For those who present a serious threat to prison safety and need to be separated from the general population for longer periods of time, the legislation creates new Residential Rehabilitation Units (RRUs)–separate, secure units with substantial out-of-cell time, and programs and treatment aimed at addressing the underlying causes of behavioral problems.

“Isolation does not promote positive change in people; it only damages them,” said Megan Crowe-Rothstein of the Urban Justice Center’s Mental Health Project. “By requiring treatment and programs for people who are separated from the prison population for serious misconduct, the legislation requires Corrections to emphasize rehabilitation over punishment and degradation.”

The widespread use of long-term solitary confinement has been under fire in recent years, in the face of increasing evidence that sensory deprivation, lack of normal human interaction, and extreme idleness can lead to severe psychological damage. Supporters of the bill also say that isolated confinement fails to address the underlying causes of problematic behavior, and often exacerbates that behavior as people deteriorate psychologically, physically, and socially.

Rev. Ron Stief of the National Religious Campaign Against Torture said, “The diverse faith traditions represented by NRCAT hold in common a belief in the dignity of each human person. We share a conviction that the use of isolated confinement in U.S. prisons and jails violates basic religious values of community and restorative justice. The HALT Solitary Confinement Act provides New York with a critical opportunity to lead the way nationally in increasing access to rehabilitation and ending the torture of isolated confinement.”

Solitary confinement has never been shown to reduce prison violence. In fact, several state prisons systems, including Maine, Mississippi, and Colorado, have significantly reduced the number of people they hold in solitary confinement, and have seen prison violence decrease as well. In addition, individuals released from solitary confinement have higher recidivism rates. In New York each year, nearly 2,000 people are released directly from extreme isolation to the streets.

“The damage done by solitary confinement is deep and permanent,” said solitary survivor Five Mualimm-ak of the Incarcerated Nation Campaign. Mualimm-ak spent five years in isolated confinement despite never having committed a violent act in prison. “Having humane alternatives will spare thousands of people the pain and suffering that extreme isolation causes–and the scars that they carry with them back into our communities.”

Also speaking at the press conference was hip-hop artist Mysonne, who spent time in solitary in New York, and Jessica Casanova, aunt of a young man currently in solitary.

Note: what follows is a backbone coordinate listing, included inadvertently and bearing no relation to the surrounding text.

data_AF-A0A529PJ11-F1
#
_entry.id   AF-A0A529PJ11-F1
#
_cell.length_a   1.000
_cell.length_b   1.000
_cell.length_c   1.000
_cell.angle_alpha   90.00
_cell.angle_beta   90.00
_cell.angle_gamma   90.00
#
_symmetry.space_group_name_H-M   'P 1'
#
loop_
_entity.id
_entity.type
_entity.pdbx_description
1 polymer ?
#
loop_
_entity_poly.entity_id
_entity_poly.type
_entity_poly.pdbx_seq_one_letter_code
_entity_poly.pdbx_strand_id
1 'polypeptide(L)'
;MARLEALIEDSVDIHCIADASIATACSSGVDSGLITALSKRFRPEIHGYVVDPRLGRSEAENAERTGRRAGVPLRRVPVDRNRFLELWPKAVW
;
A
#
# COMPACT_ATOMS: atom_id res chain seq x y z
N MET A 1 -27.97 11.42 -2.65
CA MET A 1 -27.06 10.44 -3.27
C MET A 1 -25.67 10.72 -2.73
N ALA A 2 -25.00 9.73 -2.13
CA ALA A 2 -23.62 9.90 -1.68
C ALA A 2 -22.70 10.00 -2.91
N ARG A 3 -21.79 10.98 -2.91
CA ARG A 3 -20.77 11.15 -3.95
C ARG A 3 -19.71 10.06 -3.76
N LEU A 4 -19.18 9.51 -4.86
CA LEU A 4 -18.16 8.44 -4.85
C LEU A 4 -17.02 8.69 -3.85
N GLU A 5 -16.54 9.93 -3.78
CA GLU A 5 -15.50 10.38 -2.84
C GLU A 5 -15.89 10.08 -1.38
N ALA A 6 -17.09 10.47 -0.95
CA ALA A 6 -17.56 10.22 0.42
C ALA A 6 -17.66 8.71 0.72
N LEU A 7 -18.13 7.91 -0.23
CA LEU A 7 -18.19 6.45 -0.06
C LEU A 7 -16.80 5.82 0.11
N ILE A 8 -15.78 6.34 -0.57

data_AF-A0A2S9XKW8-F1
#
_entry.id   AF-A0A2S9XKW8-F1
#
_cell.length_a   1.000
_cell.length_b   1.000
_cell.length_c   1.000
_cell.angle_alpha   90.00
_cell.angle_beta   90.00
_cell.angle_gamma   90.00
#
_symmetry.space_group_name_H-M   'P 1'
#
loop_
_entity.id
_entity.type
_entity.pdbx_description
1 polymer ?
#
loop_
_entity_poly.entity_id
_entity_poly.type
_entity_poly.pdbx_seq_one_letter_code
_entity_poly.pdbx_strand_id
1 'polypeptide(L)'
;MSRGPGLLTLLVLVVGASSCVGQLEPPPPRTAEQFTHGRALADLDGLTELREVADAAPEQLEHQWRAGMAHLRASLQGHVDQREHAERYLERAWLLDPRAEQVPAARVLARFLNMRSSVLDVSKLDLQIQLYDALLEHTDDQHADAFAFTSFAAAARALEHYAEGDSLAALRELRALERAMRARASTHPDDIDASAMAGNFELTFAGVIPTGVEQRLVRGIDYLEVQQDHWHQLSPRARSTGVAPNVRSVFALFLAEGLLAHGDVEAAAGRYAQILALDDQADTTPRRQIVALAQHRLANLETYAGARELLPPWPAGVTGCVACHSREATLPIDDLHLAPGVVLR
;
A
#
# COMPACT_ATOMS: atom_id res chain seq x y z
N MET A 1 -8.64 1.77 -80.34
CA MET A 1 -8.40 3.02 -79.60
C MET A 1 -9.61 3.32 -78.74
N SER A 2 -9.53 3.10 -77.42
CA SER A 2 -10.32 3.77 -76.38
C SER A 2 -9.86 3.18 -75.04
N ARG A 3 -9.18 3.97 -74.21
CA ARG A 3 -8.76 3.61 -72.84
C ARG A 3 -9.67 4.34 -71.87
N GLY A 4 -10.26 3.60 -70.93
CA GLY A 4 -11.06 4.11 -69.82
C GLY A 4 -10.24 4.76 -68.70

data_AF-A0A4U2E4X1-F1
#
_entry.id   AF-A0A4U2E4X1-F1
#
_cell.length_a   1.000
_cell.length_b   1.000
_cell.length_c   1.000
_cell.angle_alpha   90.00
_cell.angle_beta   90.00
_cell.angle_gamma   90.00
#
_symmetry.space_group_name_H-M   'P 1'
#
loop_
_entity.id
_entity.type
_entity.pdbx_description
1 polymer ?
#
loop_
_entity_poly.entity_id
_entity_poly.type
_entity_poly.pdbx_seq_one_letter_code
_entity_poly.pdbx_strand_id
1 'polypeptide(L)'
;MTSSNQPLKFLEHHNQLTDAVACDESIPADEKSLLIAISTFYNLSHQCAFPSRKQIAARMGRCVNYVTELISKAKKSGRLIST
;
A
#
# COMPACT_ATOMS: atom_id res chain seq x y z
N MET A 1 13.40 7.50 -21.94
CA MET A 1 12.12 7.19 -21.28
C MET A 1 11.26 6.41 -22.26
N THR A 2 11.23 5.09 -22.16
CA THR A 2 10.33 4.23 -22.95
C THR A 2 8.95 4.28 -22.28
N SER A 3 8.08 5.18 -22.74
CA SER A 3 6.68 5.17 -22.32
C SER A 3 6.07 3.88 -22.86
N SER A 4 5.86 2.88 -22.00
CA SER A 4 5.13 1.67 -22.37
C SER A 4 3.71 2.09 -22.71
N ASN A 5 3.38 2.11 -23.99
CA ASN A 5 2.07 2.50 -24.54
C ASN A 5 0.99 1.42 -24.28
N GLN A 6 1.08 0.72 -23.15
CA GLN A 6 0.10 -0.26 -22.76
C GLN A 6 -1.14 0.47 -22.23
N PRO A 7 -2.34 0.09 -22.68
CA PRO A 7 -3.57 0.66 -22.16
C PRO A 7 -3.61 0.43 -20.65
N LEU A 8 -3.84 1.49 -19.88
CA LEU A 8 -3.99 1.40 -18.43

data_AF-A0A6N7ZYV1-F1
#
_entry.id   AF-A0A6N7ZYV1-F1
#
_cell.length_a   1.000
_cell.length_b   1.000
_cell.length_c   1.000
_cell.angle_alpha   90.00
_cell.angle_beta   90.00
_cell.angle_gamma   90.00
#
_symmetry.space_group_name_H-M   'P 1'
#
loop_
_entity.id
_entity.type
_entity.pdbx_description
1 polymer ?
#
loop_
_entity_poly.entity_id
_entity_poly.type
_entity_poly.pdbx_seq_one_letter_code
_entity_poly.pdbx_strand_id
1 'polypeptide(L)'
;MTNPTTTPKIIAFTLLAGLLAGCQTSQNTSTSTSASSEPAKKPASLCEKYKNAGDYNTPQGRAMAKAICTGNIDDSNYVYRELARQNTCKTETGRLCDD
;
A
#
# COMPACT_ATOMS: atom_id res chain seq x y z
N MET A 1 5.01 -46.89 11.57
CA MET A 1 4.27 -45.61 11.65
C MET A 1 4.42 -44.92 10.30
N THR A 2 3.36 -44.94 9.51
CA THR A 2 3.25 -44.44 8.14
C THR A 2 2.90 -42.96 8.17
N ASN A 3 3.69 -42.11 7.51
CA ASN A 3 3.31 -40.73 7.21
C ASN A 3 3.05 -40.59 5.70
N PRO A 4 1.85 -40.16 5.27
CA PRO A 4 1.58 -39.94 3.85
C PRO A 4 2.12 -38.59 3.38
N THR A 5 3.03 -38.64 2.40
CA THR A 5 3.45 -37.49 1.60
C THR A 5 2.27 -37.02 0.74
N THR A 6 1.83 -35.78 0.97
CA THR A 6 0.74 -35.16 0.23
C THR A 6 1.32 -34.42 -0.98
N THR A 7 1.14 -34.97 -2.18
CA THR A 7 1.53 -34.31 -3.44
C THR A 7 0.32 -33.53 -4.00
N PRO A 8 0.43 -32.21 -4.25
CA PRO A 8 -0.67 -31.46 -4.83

Many of those represented at the press conference are members of the New York Campaign for Alternatives to Isolated Confinement (CAIC), which was instrumental in drafting the bill. CAIC unites advocates, concerned community members, lawyers, and individuals in the human rights, health, and faith communities throughout New York State with formerly incarcerated people and family members of currently incarcerated people.

On May 5, CAIC members from all corners of New York State were gathering at the State Capitol to lobby legislators to support the HALT Solitary Confinement Act.

“CAIC recognizes that we need a fundamental transformation of how our public institutions address people’s needs and behaviors, both in our prisons and in our communities,” said Scott Paltrowitz of the Correctional Association of New York. “Rather than inhumane and ineffective punishment, deprivation, and isolation, the HALT Act would provide people with greater support, programs, and treatment to help them thrive, and in turn make our prisons and our communities safer.”

PRESS CONFERENCE DETAILS:
Date/Time/ Location: Monday, May 5, 10:00 – 11:00 am
LCA Press Room, Legislative Office Building, First Floor198 State Street, Albany

Speakers:

Assembly Member Jeffrion L. Aubry (D, 35th District, Queens),

Assembly sponsor Senator Bill Perkins (D, 30th District, Harlem), Senate sponsor

Five Mualimm-ak, survivor of solitary confinement in New York, Incarcerated Nation Campaign, Campaign for Alternatives to Isolated Confinement (CAIC)

Mysonne, survivor of solitary confinement in New York, hip-hop artist

Jessica Casanova, aunt of individual currently in solitary, CAIC

Scott Paltrowitz, Correctional Association of New York, CAIC

Claire Deroche, National Religious Campaign Against Torture, CAIC

All speakers will be available for interview along with additional family members of    individuals in solitary confinement, advocates, and members of the clergy, including Rev. Dr. Paul S. Johnson, Senior Minister, Unitarian Universalist Congregation at Shelter Rock

PRESS KIT INCLUDES:

Press Release

Summary of the Humane Alternatives to Long-Term (HALT)

Solitary Confinement Act

Full Text of HALT Act (A08588A / S06466A)

Fact Sheet on Solitary Confinement in New York State

New York Voices from Solitary Confinement

Congressional Testimony Provided by the Campaign for Alternatives to Isolated Confinement

Articles and commentaries on solitary confinement in New York

 

FOR MORE INFORMATION, CONTACT: